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on January 23, 2017

Latvia declares African swine fever emergency

The Latvian government has declared a state of emergency in three areas.

Following the detection of African swine fever (ASF) in commercial pigs in the central European state for the first time this year, the Latvian government has declared a state of emergency in three areas, aimed at preventing further spread of the virus, reported the Baltic Times. Losses for the pig producers affected are expected to run into millions.

Special measures will apply to three municipalities in the center of the country, to the east of the capital, Riga, and are expected to remain in place for at least three months.

According to Baltic Times, the areas affected are Krimulda, Adazi and Salaspils. The ASF virus was detected earlier this month at Rukas farm in Krimulda, in its pig herd of more than 5,000 animals, which will all be culled. The same company, Ancers, has facilities in the other two regions, where its animals will also be destroyed.

Raimonds Kalvans, Ancers’ CEO, said the loss of the animals will cost it millions of Euros in terms of lost animal production and company genetics as well as investments in the business. The source of infection is uncertain but the virus is known to be present in the country’s wild boar population.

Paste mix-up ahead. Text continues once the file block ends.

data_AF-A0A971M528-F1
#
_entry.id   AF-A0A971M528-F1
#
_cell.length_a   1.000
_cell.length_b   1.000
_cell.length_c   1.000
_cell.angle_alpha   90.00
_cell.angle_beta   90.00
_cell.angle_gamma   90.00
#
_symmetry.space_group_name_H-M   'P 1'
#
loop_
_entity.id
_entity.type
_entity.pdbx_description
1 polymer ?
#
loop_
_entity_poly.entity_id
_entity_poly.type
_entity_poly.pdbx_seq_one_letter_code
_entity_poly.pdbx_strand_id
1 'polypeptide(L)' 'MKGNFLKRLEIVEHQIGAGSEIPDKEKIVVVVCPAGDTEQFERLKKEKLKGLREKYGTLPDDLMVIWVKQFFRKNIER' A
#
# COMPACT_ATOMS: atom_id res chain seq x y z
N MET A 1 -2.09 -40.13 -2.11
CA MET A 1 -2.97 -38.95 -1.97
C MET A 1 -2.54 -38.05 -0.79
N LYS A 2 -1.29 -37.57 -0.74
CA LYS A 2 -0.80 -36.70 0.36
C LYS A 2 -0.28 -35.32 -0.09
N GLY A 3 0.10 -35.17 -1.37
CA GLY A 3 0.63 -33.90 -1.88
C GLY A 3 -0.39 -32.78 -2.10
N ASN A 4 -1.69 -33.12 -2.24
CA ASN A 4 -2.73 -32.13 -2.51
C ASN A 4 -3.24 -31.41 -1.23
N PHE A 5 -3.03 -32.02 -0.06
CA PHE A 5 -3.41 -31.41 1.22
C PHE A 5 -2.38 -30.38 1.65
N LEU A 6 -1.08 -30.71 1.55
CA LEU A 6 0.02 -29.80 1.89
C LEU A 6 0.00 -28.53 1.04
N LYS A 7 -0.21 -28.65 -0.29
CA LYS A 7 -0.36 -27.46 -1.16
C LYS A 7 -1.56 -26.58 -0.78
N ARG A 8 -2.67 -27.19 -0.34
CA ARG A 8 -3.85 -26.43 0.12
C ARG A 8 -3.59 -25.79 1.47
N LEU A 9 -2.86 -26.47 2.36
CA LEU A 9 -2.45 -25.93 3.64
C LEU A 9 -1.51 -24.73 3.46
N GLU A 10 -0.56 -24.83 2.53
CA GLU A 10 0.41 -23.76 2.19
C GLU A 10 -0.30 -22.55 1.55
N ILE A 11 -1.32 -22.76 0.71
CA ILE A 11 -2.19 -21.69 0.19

Around EUR100,000 (US$107,000) from a contingency fund are to be allocated to the emergency measures.

African swine fever’s history in Latvia

Latvia reported its first ever cases of African swine fever in 2014.

According to Baltic Times, the country has since spent more than EUR13.3 million (US$14.3 million) trying to combat ASF, which is known to have infected more than 40 wild boar already this year. In 2016, the disease was found in three domestic pig herds and more than 1,100 wild boar.

ASF is a devastating infectious disease of pigs, and is usually deadly, according to the European Commission. No vaccine exists to combat this virus. It does not affect humans or species other than pigs and wild boars. It can be transmitted either via direct animal contact or via dissemination of contaminated pig meat products.

Soon after ASF was first confirmed in the European Union in early 2014, the EC deployed the Community Veterinary Emergency Team and the EU Reference Laboratory for ASF in the four countries affected – Latvia, Estonia, Lithuania and Poland - to support the national veterinary authorities to apply control measures and restrictions. Experts from the World Organisation for Animal Health (OIE), Russia and Belarus were invited to join this emergency team.

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